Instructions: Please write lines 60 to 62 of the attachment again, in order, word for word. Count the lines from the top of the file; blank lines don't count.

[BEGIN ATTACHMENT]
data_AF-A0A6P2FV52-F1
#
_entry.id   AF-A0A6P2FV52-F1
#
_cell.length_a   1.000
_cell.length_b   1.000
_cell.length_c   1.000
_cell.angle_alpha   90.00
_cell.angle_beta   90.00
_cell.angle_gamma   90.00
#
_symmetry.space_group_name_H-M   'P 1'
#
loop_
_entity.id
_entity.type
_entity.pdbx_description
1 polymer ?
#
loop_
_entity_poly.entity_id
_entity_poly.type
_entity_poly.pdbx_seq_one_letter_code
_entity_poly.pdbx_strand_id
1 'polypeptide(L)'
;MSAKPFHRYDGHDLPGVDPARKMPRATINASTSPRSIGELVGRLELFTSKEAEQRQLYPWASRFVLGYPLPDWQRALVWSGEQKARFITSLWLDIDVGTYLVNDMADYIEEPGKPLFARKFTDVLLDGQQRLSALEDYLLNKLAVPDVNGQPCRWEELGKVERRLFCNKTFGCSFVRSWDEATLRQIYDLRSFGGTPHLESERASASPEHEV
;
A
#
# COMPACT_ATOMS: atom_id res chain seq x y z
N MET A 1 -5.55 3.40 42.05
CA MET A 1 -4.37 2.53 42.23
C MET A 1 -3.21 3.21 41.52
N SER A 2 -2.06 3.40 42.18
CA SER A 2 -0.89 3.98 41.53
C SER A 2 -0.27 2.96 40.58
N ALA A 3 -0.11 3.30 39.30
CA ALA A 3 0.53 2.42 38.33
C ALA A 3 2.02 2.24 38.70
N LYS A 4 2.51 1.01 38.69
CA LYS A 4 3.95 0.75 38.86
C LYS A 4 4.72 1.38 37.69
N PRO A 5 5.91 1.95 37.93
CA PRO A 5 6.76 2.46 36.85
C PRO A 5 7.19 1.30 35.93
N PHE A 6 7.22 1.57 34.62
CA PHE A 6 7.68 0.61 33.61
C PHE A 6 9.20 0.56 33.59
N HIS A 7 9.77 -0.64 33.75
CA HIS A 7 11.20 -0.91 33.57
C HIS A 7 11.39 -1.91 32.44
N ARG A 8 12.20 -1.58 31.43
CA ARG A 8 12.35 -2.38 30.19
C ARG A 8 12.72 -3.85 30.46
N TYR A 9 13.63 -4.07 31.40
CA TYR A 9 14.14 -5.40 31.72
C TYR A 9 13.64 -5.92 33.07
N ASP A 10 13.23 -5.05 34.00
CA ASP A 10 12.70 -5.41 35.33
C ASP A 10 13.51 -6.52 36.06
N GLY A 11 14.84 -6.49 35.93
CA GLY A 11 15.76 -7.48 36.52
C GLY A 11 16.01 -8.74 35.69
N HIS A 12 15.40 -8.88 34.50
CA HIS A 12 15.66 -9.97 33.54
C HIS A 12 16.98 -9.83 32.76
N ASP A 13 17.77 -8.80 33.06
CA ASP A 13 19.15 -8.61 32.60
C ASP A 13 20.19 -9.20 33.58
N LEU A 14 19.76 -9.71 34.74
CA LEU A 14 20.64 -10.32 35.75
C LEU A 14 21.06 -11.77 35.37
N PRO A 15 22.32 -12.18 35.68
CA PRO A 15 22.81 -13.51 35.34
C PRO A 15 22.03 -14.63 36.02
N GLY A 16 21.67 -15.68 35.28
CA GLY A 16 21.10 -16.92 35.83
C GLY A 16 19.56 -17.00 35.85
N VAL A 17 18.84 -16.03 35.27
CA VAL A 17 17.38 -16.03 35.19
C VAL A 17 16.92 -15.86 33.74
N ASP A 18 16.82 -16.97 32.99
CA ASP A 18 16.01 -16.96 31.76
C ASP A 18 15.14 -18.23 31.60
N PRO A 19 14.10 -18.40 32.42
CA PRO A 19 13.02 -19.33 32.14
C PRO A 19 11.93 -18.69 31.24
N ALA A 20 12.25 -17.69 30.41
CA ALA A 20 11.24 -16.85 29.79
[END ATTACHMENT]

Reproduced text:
C ASP A 10 13.51 -6.52 36.06
N GLY A 11 14.84 -6.49 35.93
CA GLY A 11 15.76 -7.48 36.52